Link to comment
Share on other sites

Date 25.01.2020


Iraqi police launch crackdown on anti-government protest camps


Security forces in Baghdad and Basra have raided protest camps in an effort to remove anti-government activists. On Friday influential cleric Muqtada al-Sadr withdrew his support for the protest movement.


Iraqi security forces clashed with protesters in Baghdad on Saturday after authorities began to remove concrete barriers near an anti-government demonstration site.


Authorities advanced toward Tahrir Square, where the main protest camp is based, shooting live rounds and firing tear gas in an effort to disperse protesters, Reuters news agency reported, citing witnesses.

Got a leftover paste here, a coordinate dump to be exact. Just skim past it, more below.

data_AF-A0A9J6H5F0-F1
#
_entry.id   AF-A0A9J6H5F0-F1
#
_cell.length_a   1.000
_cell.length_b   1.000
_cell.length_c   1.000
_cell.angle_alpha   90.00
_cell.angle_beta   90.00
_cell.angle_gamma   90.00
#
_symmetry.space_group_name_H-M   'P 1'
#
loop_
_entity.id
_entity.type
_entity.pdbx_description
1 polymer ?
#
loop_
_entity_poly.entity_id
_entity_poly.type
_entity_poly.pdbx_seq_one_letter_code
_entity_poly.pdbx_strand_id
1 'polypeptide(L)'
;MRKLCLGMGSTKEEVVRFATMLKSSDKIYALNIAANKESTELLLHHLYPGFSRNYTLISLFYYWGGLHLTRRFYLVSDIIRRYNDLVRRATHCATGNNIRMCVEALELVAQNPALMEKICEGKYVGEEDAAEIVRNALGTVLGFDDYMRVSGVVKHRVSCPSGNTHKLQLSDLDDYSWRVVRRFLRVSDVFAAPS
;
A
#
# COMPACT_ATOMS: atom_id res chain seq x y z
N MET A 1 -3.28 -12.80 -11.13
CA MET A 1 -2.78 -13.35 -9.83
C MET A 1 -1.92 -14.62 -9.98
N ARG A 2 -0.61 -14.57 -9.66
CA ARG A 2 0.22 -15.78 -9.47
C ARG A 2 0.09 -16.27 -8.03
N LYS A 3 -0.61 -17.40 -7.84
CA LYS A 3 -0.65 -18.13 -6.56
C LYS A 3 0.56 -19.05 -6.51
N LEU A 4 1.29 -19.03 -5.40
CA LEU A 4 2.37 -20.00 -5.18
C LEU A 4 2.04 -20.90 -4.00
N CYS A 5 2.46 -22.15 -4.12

Seven people were wounded in clashes with police earlier in the day, Reuters said.


Protesters' tents were also reportedly set alight as police tried to remove them in order to reopen public squares and at least one bridge over the Tigris River.


Demonstrators fear that their long-running campaign would be sidelined if they were cleared from the site at Tahrir Square.


Sadr withdraws support


The fresh clashes happened a day after populist Shiite politician and cleric Muqtada al-Sadr organized his own mass rally demanding US troops leave Iraq, before announcing that he would no longer back the protest movement.


In a tweet Friday evening, Sadr indicated his "disappointment" toward anti-government protesters in Baghdad.


The removal of his support is a heavy blow to the tens of thousands of protesters, many of them from Baghdad's slums, who have taken to the streets and who saw Sadr as a leader.